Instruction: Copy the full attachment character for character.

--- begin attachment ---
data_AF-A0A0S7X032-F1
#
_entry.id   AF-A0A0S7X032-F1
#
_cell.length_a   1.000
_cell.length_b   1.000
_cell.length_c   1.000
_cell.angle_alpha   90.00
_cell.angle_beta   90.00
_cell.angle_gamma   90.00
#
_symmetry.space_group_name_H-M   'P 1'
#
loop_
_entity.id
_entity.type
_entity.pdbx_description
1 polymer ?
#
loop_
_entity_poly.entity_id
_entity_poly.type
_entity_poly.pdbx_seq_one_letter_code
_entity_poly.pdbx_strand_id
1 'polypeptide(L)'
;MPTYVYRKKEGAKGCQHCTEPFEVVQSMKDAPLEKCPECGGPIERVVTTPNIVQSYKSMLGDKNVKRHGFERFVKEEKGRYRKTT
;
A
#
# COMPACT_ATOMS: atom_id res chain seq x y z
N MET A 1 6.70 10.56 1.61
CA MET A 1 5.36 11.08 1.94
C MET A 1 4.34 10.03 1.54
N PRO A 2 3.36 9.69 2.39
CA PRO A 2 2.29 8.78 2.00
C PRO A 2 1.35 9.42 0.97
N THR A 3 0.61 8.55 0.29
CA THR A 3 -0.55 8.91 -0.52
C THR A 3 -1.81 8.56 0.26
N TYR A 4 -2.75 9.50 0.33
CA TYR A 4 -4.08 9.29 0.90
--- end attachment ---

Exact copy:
data_AF-A0A0S7X032-F1
#
_entry.id   AF-A0A0S7X032-F1
#
_cell.length_a   1.000
_cell.length_b   1.000
_cell.length_c   1.000
_cell.angle_alpha   90.00
_cell.angle_beta   90.00
_cell.angle_gamma   90.00
#
_symmetry.space_group_name_H-M   'P 1'
#
loop_
_entity.id
_entity.type
_entity.pdbx_description
1 polymer ?
#
loop_
_entity_poly.entity_id
_entity_poly.type
_entity_poly.pdbx_seq_one_letter_code
_entity_poly.pdbx_strand_id
1 'polypeptide(L)'
;MPTYVYRKKEGAKGCQHCTEPFEVVQSMKDAPLEKCPECGGPIERVVTTPNIVQSYKSMLGDKNVKRHGFERFVKEEKGRYRKTT
;
A
#
# COMPACT_ATOMS: atom_id res chain seq x y z
N MET A 1 6.70 10.56 1.61
CA MET A 1 5.36 11.08 1.94
C MET A 1 4.34 10.03 1.54
N PRO A 2 3.36 9.69 2.39
CA PRO A 2 2.29 8.78 2.00
C PRO A 2 1.35 9.42 0.97
N THR A 3 0.61 8.55 0.29
CA THR A 3 -0.55 8.91 -0.52
C THR A 3 -1.81 8.56 0.26
N TYR A 4 -2.75 9.50 0.33
CA TYR A 4 -4.08 9.29 0.90